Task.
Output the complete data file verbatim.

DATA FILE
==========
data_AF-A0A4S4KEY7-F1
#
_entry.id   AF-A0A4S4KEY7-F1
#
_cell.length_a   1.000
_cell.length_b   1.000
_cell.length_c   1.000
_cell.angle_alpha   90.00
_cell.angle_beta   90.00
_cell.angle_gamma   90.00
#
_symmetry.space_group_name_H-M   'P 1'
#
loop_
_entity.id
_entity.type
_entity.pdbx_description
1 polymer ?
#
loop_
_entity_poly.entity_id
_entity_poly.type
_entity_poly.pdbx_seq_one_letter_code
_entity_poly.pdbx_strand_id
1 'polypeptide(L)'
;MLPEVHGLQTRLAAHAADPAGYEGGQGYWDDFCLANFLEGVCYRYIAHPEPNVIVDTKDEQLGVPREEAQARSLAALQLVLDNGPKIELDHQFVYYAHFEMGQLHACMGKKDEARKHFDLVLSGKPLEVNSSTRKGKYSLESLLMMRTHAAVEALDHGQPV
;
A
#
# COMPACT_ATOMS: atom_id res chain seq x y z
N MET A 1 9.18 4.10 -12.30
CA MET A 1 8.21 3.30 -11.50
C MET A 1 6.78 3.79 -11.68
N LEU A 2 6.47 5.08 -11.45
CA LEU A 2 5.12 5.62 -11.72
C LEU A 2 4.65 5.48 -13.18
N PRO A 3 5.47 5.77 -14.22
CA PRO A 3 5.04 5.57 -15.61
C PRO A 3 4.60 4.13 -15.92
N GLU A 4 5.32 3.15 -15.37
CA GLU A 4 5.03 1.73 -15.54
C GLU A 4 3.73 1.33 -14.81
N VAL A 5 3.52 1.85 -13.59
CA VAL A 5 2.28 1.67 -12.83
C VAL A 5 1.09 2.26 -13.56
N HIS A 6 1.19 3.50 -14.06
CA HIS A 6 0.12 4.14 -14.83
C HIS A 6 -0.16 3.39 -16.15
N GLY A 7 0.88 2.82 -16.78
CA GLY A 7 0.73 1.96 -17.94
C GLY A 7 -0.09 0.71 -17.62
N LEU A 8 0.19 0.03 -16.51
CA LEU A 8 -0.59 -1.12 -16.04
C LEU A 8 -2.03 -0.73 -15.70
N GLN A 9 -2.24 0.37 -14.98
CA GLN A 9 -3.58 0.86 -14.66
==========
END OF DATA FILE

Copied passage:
data_AF-A0A4S4KEY7-F1
#
_entry.id   AF-A0A4S4KEY7-F1
#
_cell.length_a   1.000
_cell.length_b   1.000
_cell.length_c   1.000
_cell.angle_alpha   90.00
_cell.angle_beta   90.00
_cell.angle_gamma   90.00
#
_symmetry.space_group_name_H-M   'P 1'
#
loop_
_entity.id
_entity.type
_entity.pdbx_description
1 polymer ?
#
loop_
_entity_poly.entity_id
_entity_poly.type
_entity_poly.pdbx_seq_one_letter_code
_entity_poly.pdbx_strand_id
1 'polypeptide(L)'
;MLPEVHGLQTRLAAHAADPAGYEGGQGYWDDFCLANFLEGVCYRYIAHPEPNVIVDTKDEQLGVPREEAQARSLAALQLVLDNGPKIELDHQFVYYAHFEMGQLHACMGKKDEARKHFDLVLSGKPLEVNSSTRKGKYSLESLLMMRTHAAVEALDHGQPV
;
A
#
# COMPACT_ATOMS: atom_id res chain seq x y z
N MET A 1 9.18 4.10 -12.30
CA MET A 1 8.21 3.30 -11.50
C MET A 1 6.78 3.79 -11.68
N LEU A 2 6.47 5.08 -11.45
CA LEU A 2 5.12 5.62 -11.72
C LEU A 2 4.65 5.48 -13.18
N PRO A 3 5.47 5.77 -14.22
CA PRO A 3 5.04 5.57 -15.61
C PRO A 3 4.60 4.13 -15.92
N GLU A 4 5.32 3.15 -15.37
CA GLU A 4 5.03 1.73 -15.54
C GLU A 4 3.73 1.33 -14.81
N VAL A 5 3.52 1.85 -13.59
CA VAL A 5 2.28 1.67 -12.83
C VAL A 5 1.09 2.26 -13.56
N HIS A 6 1.19 3.50 -14.06
CA HIS A 6 0.12 4.14 -14.83
C HIS A 6 -0.16 3.39 -16.15
N GLY A 7 0.88 2.82 -16.78
CA GLY A 7 0.73 1.96 -17.94
C GLY A 7 -0.09 0.71 -17.62
N LEU A 8 0.19 0.03 -16.51
CA LEU A 8 -0.59 -1.12 -16.04
C LEU A 8 -2.03 -0.73 -15.70
N GLN A 9 -2.24 0.37 -14.98
CA GLN A 9 -3.58 0.86 -14.66